Native American Indian Declared Saint
Later, the Catholic News Service issued a story on the Blessed Kateri Doctors apparently believed that their medical expertise was not enough to save him, thinking every night he was going to die. It was long-term family friend the Rev. Tim Sauer who advised the Finkbonners to pray to Blessed Kateri - the patroness for American Indians - akin to asking her to pray to God, on Jake's behalf, to perform a miracle, as he is of Lummi descent
Native American Indian Declared Saint
On Monday, Dec. 19Pope Benedict XVI decreed that the recovery of Jake Finkbonner, an American Indian boy of the Lummi tribe, from the flesh-eating bacteria Necrotizing Fasciitis, or StrepTococcus A, that in 2006 nearly killed him was indeed a miracle which has been attributed to Blessed Kateri Tekakwitha.
This statement has enabled the first ever canonization, in the Catholic Church, of an American Indian saint. Evidence from medic who treated Jake, along with Vatican doctors led to the same conclusion, leaving 11 year old Jake mother Elsa are proud. the pair believed utterly that prayering to Blessed Kateri led to his surviving the flesh-eating bacteria.
It was on February 11, 2006, near the end a basketball game thast a small cut in his mouth allowed the aggressive bacteria to race through his bloodstream. so bad was it that doctors, to stop the spread and save him, surgically removed damaged flesh daily, also placing the toddler in a hyperbaric chamber, every day over two weeks, at the Seattle Virginia Mason Medical Center to deliver oxygen and help impede infection progress.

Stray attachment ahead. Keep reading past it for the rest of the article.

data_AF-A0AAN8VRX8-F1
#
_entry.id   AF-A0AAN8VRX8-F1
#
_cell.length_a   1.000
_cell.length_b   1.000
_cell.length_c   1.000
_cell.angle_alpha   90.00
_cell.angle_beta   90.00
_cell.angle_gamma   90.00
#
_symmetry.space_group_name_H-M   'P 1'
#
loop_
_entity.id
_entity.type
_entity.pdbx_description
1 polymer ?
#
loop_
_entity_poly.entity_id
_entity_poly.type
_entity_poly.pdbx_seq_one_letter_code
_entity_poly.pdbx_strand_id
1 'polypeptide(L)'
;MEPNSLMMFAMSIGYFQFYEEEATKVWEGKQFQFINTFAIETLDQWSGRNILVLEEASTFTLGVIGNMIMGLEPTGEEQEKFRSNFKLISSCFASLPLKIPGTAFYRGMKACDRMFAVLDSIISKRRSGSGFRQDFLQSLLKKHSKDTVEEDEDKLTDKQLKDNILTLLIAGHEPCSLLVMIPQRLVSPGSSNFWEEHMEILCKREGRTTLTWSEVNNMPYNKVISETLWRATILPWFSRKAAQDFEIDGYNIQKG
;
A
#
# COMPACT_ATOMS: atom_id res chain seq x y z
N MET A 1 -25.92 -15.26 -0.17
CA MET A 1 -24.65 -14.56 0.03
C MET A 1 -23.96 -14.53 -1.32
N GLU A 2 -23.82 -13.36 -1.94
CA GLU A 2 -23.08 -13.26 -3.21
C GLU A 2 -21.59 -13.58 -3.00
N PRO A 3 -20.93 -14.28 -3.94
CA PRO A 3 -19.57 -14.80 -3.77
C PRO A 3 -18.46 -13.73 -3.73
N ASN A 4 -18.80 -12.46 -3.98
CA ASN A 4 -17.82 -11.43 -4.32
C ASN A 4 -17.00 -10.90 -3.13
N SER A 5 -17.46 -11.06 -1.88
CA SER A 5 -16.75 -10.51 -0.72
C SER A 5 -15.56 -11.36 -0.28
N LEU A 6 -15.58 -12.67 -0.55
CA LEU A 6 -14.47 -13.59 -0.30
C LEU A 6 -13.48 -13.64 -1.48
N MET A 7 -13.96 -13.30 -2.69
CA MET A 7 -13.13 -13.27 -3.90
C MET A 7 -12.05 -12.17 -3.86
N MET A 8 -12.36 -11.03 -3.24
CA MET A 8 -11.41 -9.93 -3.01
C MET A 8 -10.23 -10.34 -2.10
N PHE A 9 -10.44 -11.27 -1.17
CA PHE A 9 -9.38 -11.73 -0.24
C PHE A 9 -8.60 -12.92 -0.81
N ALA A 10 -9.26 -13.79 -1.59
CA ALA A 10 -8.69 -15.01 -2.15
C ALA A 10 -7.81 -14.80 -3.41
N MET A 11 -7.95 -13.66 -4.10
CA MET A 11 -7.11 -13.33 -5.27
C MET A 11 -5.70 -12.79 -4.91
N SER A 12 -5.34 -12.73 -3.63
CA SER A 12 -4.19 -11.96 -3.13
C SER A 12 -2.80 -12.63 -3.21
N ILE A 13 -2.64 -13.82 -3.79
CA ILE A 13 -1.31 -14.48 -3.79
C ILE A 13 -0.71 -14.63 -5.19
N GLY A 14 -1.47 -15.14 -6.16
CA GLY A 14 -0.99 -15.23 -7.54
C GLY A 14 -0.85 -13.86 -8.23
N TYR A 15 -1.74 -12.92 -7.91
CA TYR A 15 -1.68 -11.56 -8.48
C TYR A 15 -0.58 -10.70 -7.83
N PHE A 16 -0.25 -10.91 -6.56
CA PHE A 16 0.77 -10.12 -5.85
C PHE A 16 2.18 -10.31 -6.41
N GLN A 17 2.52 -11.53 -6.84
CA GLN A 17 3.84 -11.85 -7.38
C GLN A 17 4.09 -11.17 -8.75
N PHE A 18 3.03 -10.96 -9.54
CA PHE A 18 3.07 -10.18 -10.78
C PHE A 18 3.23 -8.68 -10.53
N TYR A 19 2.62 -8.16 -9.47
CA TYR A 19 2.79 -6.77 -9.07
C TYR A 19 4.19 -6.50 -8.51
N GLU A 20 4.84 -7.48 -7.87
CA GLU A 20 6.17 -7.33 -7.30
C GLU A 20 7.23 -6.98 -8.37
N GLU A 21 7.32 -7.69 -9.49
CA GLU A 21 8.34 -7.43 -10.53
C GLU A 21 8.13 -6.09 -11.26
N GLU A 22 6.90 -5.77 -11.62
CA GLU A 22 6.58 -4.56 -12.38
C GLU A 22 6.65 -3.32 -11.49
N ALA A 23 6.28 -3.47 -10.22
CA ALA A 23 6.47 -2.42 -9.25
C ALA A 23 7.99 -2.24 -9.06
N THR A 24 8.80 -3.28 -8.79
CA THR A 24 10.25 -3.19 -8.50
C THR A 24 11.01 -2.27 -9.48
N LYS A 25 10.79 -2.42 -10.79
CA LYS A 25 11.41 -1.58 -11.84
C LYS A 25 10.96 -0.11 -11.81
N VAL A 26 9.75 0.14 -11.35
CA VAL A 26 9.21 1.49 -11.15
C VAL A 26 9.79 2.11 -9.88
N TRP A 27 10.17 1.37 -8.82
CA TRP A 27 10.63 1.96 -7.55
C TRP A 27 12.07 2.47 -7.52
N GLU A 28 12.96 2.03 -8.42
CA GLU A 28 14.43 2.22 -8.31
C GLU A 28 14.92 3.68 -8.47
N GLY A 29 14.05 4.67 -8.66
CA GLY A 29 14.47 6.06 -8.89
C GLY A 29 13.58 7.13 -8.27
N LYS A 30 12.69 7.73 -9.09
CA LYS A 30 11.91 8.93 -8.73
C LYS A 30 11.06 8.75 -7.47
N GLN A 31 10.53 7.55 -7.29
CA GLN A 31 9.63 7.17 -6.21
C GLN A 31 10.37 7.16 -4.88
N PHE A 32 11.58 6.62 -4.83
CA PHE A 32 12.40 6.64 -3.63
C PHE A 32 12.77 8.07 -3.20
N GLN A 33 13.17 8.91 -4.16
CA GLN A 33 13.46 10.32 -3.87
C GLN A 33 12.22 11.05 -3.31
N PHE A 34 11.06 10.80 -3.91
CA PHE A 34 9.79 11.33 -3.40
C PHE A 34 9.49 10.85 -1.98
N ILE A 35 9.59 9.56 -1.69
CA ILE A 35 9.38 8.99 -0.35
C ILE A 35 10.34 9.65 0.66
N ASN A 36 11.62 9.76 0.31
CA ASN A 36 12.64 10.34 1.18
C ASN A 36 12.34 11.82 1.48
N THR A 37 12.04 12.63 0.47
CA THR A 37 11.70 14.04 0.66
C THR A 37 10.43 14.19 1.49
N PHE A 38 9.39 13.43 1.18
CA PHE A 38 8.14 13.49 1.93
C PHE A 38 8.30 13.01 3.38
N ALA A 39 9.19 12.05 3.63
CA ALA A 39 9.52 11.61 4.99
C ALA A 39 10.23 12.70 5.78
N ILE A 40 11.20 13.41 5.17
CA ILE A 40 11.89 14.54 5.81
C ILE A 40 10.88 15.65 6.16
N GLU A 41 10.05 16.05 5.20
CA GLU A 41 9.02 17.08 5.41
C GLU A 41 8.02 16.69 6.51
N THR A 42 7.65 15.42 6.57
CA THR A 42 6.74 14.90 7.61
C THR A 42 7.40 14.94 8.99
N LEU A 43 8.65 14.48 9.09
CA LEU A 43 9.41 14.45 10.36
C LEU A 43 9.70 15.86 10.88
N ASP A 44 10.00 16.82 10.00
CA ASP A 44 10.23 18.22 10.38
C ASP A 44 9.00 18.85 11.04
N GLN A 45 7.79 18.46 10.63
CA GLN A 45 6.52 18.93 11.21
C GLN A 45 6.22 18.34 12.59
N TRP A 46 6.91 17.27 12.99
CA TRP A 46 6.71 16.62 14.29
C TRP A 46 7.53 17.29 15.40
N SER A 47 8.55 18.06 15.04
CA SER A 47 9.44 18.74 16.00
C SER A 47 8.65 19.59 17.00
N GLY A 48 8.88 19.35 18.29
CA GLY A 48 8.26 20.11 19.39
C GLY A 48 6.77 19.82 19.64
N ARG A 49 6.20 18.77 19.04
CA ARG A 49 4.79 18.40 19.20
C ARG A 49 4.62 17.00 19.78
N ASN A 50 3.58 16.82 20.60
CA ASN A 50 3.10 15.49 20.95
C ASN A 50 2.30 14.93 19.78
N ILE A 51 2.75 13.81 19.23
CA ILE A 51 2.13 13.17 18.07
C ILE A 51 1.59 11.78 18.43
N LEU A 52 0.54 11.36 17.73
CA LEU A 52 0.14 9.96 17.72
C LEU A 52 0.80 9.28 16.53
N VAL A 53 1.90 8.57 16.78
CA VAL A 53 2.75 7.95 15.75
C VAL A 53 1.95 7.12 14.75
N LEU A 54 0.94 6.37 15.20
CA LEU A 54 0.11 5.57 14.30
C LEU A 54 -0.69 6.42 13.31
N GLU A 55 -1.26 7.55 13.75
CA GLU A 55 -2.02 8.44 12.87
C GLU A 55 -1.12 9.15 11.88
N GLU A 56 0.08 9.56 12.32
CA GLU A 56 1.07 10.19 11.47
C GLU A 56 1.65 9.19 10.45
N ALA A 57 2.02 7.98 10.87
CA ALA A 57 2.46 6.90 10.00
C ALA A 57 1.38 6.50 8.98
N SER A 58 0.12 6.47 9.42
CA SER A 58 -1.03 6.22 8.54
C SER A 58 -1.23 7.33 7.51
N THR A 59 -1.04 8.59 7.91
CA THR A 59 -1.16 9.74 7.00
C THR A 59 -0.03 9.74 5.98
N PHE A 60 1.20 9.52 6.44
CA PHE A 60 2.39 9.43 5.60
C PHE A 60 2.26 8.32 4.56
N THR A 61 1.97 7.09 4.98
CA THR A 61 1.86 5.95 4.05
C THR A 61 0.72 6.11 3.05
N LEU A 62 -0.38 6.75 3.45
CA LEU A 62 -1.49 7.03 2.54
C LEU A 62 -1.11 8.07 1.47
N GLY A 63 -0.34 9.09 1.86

Over nine horrific weeks, doctors felt obliged to prepare the family for his impending death, and the deeply faithful Finkbonners prayed at their local church and the one on the Lummi reservation, where, as Jake fought for life, parishioners asked Blessed Kateri for her help.
Later, the Catholic News Service issued a story on the Blessed Kateri Doctors apparently believed that their medical expertise was not enough to save him, thinking every night he was going to die. It was long-term family friend the Rev. Tim Sauer who advised the Finkbonners to pray to Blessed Kateri - the patroness for American Indians - akin to asking her to pray to God, on Jake's behalf, to perform a miracle, as he is of Lummi descent.
This Vatican decision, that a miracle beyond the explanation of medicine, only attributable to intercession on behalf of Jake by Blessed Kateri, born in 1656 had occurred reaffirmed his devout Catholic family faith, no question that it was a miracle in their minds.
American Indian Catholics throughout the USA are celebrating the , canonization, something that many feel has been too long in the making, and well deserved, so that a great number of native Americans are happy today.
It was afterJake had recovered, in 2006, that Rev. Sauer sent the Archbishop in Seattle a letter about a possible miracle, after which Catholic Church investigators interviewed all people concerned who had testified to praying for intercession by the Blessed Kateri .
These same investigators were given his medical records along with information from the mother, who kept Jake's doctors aware of the extensive legal process - dealing with both the theological and the scientific, medical natures of the supposed miracle - a very rigorous process receiving very serious scrutiny before any announcement can be made
Almost six years from that basketball court scrape that almost cost him so dearly, Jake bears still the scars on his face and neck, along with others across his chest from shoulder to shoulder and on his scalp from ear to ear. Having undergone 29 surgeries, this feisty11-year-old is otherwise healthy, very normal, likes to play video games a lot and is really looking forward to meeting the pope. Miracles, it seems, do happen after all.